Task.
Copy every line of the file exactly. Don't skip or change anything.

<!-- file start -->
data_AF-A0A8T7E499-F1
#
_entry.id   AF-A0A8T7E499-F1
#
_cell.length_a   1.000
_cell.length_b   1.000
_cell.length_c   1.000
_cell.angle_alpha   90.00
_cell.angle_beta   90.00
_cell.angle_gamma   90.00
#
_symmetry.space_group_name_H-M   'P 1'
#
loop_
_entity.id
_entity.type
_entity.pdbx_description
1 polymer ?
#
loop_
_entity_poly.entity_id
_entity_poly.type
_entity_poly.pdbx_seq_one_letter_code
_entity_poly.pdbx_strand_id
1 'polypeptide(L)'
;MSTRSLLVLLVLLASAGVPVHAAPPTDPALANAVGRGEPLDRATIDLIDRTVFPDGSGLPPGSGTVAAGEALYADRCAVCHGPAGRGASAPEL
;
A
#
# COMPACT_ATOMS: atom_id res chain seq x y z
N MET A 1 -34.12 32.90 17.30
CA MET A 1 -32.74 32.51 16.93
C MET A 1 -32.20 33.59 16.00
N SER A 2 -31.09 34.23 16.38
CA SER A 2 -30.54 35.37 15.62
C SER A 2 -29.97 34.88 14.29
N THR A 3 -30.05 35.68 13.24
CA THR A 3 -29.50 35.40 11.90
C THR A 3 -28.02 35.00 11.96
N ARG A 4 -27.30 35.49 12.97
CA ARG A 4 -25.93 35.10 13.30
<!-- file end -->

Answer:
data_AF-A0A8T7E499-F1
#
_entry.id   AF-A0A8T7E499-F1
#
_cell.length_a   1.000
_cell.length_b   1.000
_cell.length_c   1.000
_cell.angle_alpha   90.00
_cell.angle_beta   90.00
_cell.angle_gamma   90.00
#
_symmetry.space_group_name_H-M   'P 1'
#
loop_
_entity.id
_entity.type
_entity.pdbx_description
1 polymer ?
#
loop_
_entity_poly.entity_id
_entity_poly.type
_entity_poly.pdbx_seq_one_letter_code
_entity_poly.pdbx_strand_id
1 'polypeptide(L)'
;MSTRSLLVLLVLLASAGVPVHAAPPTDPALANAVGRGEPLDRATIDLIDRTVFPDGSGLPPGSGTVAAGEALYADRCAVCHGPAGRGASAPEL
;
A
#
# COMPACT_ATOMS: atom_id res chain seq x y z
N MET A 1 -34.12 32.90 17.30
CA MET A 1 -32.74 32.51 16.93
C MET A 1 -32.20 33.59 16.00
N SER A 2 -31.09 34.23 16.38
CA SER A 2 -30.54 35.37 15.62
C SER A 2 -29.97 34.88 14.29
N THR A 3 -30.05 35.68 13.24
CA THR A 3 -29.50 35.40 11.90
C THR A 3 -28.02 35.00 11.96
N ARG A 4 -27.30 35.49 12.97
CA ARG A 4 -25.93 35.10 13.30